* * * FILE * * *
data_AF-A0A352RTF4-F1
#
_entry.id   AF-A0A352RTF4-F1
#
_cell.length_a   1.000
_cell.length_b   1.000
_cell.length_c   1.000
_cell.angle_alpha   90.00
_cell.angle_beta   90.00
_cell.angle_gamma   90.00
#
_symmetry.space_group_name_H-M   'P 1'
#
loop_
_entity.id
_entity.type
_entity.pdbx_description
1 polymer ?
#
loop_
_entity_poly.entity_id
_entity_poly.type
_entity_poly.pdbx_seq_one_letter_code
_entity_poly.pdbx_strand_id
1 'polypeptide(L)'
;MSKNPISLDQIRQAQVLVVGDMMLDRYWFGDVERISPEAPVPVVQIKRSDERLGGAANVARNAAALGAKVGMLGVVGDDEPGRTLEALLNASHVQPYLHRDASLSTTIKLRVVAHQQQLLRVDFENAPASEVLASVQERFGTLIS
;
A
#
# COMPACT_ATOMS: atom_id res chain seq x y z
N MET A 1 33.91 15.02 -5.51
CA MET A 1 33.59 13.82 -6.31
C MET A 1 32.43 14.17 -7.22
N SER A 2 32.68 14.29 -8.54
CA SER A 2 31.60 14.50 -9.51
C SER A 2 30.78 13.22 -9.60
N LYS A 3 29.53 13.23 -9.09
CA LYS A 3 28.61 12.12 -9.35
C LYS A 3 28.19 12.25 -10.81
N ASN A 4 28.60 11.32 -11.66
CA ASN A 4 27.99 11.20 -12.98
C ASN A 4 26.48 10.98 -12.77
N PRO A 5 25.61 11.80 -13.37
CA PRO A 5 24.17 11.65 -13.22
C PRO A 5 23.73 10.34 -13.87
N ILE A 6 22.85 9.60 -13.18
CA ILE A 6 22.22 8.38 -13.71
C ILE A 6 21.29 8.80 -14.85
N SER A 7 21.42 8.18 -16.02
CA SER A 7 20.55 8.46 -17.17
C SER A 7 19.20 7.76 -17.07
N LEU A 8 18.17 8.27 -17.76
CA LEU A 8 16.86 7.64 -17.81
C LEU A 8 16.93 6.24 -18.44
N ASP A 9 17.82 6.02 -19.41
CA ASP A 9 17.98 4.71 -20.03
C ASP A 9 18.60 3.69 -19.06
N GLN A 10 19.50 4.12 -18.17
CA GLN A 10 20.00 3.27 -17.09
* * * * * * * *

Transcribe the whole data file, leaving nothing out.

data_AF-A0A352RTF4-F1
#
_entry.id   AF-A0A352RTF4-F1
#
_cell.length_a   1.000
_cell.length_b   1.000
_cell.length_c   1.000
_cell.angle_alpha   90.00
_cell.angle_beta   90.00
_cell.angle_gamma   90.00
#
_symmetry.space_group_name_H-M   'P 1'
#
loop_
_entity.id
_entity.type
_entity.pdbx_description
1 polymer ?
#
loop_
_entity_poly.entity_id
_entity_poly.type
_entity_poly.pdbx_seq_one_letter_code
_entity_poly.pdbx_strand_id
1 'polypeptide(L)'
;MSKNPISLDQIRQAQVLVVGDMMLDRYWFGDVERISPEAPVPVVQIKRSDERLGGAANVARNAAALGAKVGMLGVVGDDEPGRTLEALLNASHVQPYLHRDASLSTTIKLRVVAHQQQLLRVDFENAPASEVLASVQERFGTLIS
;
A
#
# COMPACT_ATOMS: atom_id res chain seq x y z
N MET A 1 33.91 15.02 -5.51
CA MET A 1 33.59 13.82 -6.31
C MET A 1 32.43 14.17 -7.22
N SER A 2 32.68 14.29 -8.54
CA SER A 2 31.60 14.50 -9.51
C SER A 2 30.78 13.22 -9.60
N LYS A 3 29.53 13.23 -9.09
CA LYS A 3 28.61 12.12 -9.35
C LYS A 3 28.19 12.25 -10.81
N ASN A 4 28.60 11.32 -11.66
CA ASN A 4 27.99 11.20 -12.98
C ASN A 4 26.48 10.98 -12.77
N PRO A 5 25.61 11.80 -13.37
CA PRO A 5 24.17 11.65 -13.22
C PRO A 5 23.73 10.34 -13.87
N ILE A 6 22.85 9.60 -13.18
CA ILE A 6 22.22 8.38 -13.71
C ILE A 6 21.29 8.80 -14.85
N SER A 7 21.42 8.18 -16.02
CA SER A 7 20.55 8.46 -17.17
C SER A 7 19.20 7.76 -17.07
N LEU A 8 18.17 8.27 -17.76
CA LEU A 8 16.86 7.64 -17.81
C LEU A 8 16.93 6.24 -18.44
N ASP A 9 17.82 6.02 -19.41
CA ASP A 9 17.98 4.71 -20.03
C ASP A 9 18.60 3.69 -19.06
N GLN A 10 19.50 4.12 -18.17
CA GLN A 10 20.00 3.27 -17.09